Using Enfuse for Multi-Exposure Noise Reduction

This is a discussion on Using Enfuse for Multi-Exposure Noise Reduction within the Post-Processing forums, part of the Photography Tips category; Noise reduction always bothered me on principle. While in college, I was always taught to always avoid removing data, once it is gone from an ...


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  1. #1
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    Noise reduction always bothered me on principle. While in college, I was always taught to always avoid removing data, once it is gone from an image it cannot be recovered. Most noise reduction methods aim at removing noise, unfortunately, noise is what makes up an image, it's only how noticeable and whether the amount of noise is greater or less than the resolution of the image. Most noise reduction techniques are clever ways to soften noisy gradients while keeping sharp detail un-blurred.

    Unfortunately, these techniques are usually at the expense of resolution to some extent, and the greater the noise in the image, the more resolution must be lost in order to achieve a noiseless image.

    There are some methods which preserve detail very well. Unfortunately, these methods are often times costly - and in the end you're still removing data from the image even though this data might not have a significant effect on overall image quality. The best of these methods utilize specific noise profiles for the camera.

    Another method is to use multiple exposures (an image stack) to average noise while keeping detail. This method compiles data into one image, rather than removing data from the image. The result, if done right, is an image just as sharp as the data set it was given.

    The technology I used to sample this technique is a GPL program called Enfuse. It was originally designed to create a "best exposure" by combining multiple exposures into one 16-bit image (this differs technically from HDRI) but has since been used to remove moving objects, noise, create HDR images and probably a million other things too.

    While testing, the technique works best with very large stacks, producing nearly noiseless results using 26 images (nearly, is key here). But in reality, you don't likely need to use this many images since noise is often less noticeable in finished products. There is some very minute blurring though this I think is due to camera shake.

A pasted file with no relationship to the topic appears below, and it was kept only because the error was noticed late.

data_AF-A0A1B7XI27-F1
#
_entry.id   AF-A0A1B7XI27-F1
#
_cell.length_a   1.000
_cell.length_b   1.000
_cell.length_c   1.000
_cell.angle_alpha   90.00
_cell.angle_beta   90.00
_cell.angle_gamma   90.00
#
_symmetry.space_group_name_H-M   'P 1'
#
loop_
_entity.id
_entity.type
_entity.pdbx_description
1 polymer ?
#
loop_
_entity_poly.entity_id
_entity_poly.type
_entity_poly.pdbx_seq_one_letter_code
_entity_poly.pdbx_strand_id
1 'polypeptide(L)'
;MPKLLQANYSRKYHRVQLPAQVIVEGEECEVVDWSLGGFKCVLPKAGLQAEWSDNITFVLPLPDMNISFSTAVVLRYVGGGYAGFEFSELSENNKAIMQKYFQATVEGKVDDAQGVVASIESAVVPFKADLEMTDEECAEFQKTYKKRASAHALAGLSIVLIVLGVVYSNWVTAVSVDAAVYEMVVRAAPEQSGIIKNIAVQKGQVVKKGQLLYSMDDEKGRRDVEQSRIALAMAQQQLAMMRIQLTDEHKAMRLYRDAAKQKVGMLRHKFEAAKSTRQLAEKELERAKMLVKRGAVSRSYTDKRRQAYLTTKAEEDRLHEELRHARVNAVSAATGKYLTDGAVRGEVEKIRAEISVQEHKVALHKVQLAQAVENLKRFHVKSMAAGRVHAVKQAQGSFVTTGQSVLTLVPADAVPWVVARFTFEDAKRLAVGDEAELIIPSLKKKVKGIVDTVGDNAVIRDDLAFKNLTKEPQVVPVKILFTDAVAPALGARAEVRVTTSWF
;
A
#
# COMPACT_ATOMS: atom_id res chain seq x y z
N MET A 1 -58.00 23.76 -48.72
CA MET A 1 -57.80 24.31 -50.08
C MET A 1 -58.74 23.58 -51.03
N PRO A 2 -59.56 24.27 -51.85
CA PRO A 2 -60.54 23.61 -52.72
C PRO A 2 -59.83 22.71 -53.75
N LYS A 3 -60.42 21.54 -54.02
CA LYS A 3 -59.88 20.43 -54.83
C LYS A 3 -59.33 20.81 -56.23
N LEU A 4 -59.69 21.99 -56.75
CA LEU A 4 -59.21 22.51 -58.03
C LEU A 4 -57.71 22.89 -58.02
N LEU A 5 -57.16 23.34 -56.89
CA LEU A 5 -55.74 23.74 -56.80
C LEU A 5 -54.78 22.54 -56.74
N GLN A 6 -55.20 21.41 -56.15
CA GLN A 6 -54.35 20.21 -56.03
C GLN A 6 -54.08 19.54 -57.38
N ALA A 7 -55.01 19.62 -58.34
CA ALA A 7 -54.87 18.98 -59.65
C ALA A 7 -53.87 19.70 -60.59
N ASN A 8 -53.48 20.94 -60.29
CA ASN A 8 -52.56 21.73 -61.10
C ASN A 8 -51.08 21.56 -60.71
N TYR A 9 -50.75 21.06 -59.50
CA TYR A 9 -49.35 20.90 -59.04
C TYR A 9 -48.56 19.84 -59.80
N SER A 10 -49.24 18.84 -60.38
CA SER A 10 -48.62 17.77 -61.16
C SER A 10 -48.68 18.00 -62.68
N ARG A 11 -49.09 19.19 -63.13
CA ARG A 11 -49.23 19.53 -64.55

In the included sample, the low IQ is due to the camera I chose, an inexpensive Samsung Point and Shoot taken at ISO 800 to maximize noise.

    Of course, this method cannot be used with moving subjects, and often this is when you want higher ISO's in order to get faster shutter speeds. So it's practical application may be somewhat limited. Nevertheless, the technique is very effective.

    At the bottom you will find links to various GUI options. I used Image Fuser for OS X, and used the basic settings.
    Attached Images Attached Images     
    bear with me. i don't have an escape button...


  • #2
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    Thanks for the demo.

    I have read, but have not tested, that similar results are possible using Photomatix' "exposure fusing" option, using the averaging method.


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  • #3
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    Quote Originally Posted by Grandpa View Post
    Thanks for the demo.

    I have read, but have not tested, that similar results are possible using Photomatix' "exposure fusing" option, using the averaging method.

    I am guessing that this is similar to (or maybe even is a proprietary GUI to) enfuse with more advanced processing settings. One nice thing about Image Fuser is that the finished HDR results look like what you'd expect from exposure fusion, though I need to do more testing to see if this is a good for HDRI.
    bear with me. i don't have an escape button...


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